[RFI] RFI and the TS-850

Dave D'Epagnier Dave D'Epagnier" <DAVED@ctilidar.com
Thu, 15 Jul 1999 08:32:30 -0600

excellent description for grounding. I'm sure that that setup would
solve Tom's problems. My own grounding scheme is very similar to what
you described, except I never did connect the single point ground at the
house to the tower ground. At first I planned on doing it. I even dug a
trench between the tower and the house for the copper strap. I then got
into a discussion on Tower Talk about it and got talked out of it by a
"former Polyphaser Application Engineer" and a few others. They made it
sound like that ground strap would provide a better path for lightning
to enter the house if my tower ever got hit. I'm not sure I agree, but I
put it off and everything seems fine. No lightning strikes yet though...

--Dave D.
> ----------
> From: 	David G. Henderson[SMTP:daveh@erie.net]
> Reply To: 	David G. Henderson
> Sent: 	Wednesday, July 14, 1999 3:29 PM
> To: 	rfi@contesting.com
> Subject: 	Re: [RFI] RFI and the TS-850
> On 14 Jul 99, at 11:01, Branch T SMSgt AFRS 
> <Tom.Branch@rs.af.mil> wrote:
> > Been trying to track down a problem that has plagued me for months.
> I
> > have a large amount of RF coming into my shack via the coaxial
> shields and
> > the rotor cables
> [snip]
> > 73 de Tom, K4NR
> I had a similar problem here and I accidentally fixed it in my quest 
> for good lightning protection.
> Could I suggest you consider implementing a "single point 
> grounding system".  PolyPhaser has good information on how to 
> construct them.   www.polyphaser.com
> The basics are these:
> 1.  Provide a low resistance ground for the tower (many ground rods 
> spaced apart at a distance slightly greater than their length, see 
> PolyPhaser information), the single point location in the wall or just
> inside the wall where the feedlines enter the building, and the 
> building service entrances for telephone, cable, water and electric.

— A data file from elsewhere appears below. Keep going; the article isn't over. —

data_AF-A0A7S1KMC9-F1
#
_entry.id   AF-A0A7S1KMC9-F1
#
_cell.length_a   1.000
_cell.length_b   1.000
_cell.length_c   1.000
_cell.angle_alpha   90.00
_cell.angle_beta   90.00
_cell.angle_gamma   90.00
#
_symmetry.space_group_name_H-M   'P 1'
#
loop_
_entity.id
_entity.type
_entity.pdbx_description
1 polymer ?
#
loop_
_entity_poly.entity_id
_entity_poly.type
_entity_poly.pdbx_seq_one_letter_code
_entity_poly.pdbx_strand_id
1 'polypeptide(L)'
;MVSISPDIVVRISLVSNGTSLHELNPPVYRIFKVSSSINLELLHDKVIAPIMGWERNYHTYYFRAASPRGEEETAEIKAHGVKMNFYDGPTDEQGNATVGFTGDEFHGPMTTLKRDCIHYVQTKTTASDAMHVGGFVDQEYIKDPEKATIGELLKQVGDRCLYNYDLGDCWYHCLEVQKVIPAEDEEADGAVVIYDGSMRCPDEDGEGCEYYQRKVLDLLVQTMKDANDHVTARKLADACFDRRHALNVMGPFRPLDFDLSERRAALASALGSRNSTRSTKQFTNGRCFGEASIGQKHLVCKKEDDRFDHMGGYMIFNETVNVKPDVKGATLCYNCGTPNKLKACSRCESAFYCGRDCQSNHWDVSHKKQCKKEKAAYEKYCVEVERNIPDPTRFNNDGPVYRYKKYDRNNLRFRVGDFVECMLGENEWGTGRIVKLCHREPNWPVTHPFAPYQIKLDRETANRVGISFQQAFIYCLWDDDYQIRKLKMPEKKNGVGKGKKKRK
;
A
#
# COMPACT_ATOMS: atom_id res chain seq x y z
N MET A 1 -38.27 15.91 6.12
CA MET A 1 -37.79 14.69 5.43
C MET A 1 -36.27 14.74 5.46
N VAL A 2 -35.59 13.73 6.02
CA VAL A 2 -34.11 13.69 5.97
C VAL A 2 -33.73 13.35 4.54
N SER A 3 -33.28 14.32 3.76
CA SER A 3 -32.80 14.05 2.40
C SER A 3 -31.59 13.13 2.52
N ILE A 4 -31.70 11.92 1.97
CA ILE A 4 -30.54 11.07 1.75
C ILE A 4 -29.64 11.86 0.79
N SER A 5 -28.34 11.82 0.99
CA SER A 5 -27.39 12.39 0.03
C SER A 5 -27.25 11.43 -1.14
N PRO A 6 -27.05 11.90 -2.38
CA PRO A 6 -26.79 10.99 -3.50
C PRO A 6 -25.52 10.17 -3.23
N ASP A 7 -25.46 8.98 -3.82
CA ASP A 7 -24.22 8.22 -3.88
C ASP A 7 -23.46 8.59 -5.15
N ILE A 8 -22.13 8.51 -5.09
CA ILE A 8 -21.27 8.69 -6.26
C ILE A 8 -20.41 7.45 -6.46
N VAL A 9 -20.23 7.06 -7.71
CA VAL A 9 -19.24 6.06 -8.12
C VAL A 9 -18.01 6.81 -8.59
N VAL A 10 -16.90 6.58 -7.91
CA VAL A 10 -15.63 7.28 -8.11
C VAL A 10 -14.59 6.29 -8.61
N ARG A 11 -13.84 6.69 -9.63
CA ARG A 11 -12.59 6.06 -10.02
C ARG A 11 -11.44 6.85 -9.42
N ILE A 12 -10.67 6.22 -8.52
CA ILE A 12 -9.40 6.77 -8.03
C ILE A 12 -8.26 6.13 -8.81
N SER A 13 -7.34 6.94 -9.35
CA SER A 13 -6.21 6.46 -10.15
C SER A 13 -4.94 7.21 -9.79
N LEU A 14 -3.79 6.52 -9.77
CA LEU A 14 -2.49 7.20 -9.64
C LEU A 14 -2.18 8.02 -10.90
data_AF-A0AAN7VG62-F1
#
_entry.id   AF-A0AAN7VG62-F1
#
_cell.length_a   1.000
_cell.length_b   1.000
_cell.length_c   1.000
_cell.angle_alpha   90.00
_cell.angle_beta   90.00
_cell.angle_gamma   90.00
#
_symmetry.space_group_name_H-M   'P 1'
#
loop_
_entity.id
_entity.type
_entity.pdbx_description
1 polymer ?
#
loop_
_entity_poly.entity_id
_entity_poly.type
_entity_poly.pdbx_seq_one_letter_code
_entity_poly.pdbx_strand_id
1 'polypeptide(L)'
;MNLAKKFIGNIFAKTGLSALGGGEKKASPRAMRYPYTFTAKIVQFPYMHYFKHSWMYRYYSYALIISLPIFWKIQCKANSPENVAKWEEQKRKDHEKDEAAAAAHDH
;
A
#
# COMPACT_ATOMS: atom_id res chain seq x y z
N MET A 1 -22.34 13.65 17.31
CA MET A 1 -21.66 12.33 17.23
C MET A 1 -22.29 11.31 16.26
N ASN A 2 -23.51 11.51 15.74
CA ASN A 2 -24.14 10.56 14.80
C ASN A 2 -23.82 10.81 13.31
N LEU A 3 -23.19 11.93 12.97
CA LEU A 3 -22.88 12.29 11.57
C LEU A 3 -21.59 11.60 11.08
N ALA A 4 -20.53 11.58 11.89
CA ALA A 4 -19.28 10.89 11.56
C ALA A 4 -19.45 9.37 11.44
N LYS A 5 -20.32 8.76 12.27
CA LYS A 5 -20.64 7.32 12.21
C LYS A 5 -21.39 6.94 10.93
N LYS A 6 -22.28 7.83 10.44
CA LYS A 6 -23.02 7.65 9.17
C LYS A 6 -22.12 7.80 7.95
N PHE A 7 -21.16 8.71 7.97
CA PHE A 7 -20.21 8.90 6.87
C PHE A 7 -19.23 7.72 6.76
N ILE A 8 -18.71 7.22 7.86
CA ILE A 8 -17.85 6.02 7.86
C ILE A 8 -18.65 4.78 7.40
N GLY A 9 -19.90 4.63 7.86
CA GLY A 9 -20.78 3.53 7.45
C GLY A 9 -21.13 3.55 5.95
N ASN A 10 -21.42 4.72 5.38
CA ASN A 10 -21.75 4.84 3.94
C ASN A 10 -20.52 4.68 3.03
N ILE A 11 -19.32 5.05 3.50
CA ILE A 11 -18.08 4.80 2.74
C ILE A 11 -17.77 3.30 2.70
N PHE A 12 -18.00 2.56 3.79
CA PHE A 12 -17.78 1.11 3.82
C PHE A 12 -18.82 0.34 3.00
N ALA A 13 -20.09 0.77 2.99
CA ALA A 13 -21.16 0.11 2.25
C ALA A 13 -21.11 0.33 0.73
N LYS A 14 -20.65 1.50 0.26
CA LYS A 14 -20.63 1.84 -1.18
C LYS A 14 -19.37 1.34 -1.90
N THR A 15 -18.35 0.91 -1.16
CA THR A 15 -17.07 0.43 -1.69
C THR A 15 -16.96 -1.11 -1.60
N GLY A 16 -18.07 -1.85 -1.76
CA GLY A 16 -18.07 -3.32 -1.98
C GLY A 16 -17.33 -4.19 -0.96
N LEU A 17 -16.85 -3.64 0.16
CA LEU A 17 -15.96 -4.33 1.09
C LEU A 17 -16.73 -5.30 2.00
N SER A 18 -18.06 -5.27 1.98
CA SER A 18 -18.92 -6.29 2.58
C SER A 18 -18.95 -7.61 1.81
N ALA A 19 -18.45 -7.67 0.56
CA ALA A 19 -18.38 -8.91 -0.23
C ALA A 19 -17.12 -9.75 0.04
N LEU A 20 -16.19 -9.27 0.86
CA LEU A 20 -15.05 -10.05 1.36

> All bonded together with 4 ga. underground, bare, solid copper wire.
> 2.  Use wide, solid copper strap from the single point ground to the 
> tower ground at the base of the tower.  The width of the copper strap 
> must be equal to or greater than the total of the circumferences of
> all 
> the coaxes.  This may require several straps--two six inchers in my 
> case.
> 3.  For tower mounted antennas, bond the shields of all coaxes to 
> the tower at the top of the tower and the bottom of the tower.  For 
> wire antennas, skip this step.  Otherwise the tower will be part of
> the 
> antenna circuit.
> 4.  All feedlines then come to a single point ground plate (I used a
> 2' 
> by 2' by 1/8 inch piece of aluminium) and run through it.  Use a 
> double female SO-239 bulkhead connector (or N connector as 
> necessary) for coaxes not protected from lightning.  Use a bulkhead 
> mount lightning protector for those always connected to radios.
> 5.  Use small, light weight copper strap from each radio chassis 
> ground to the single point ground plate.
> 6.  Use a Polyphaser rotor control lightning protector mounted on 
> the single point ground plate.  The rotor control wire runs down the 
> tower and through the protector and then to the control box.
> All lightning and RFI stops at the single point ground location and is
> shunted to ground.  This stopped all my RFI problems.
> It's a bit of work, I admit.  And it can be very expensive if you buy
> a 
> large number of lightning protectors.  But it will do the job.
> I have attached a picture of my dusty, messy single point ground 
> plate.  Omitted from the SIG's copy.
> Sorry there is no simple fix.
> 73, Dave, N3EOY
> mailto:daveh@erie.net
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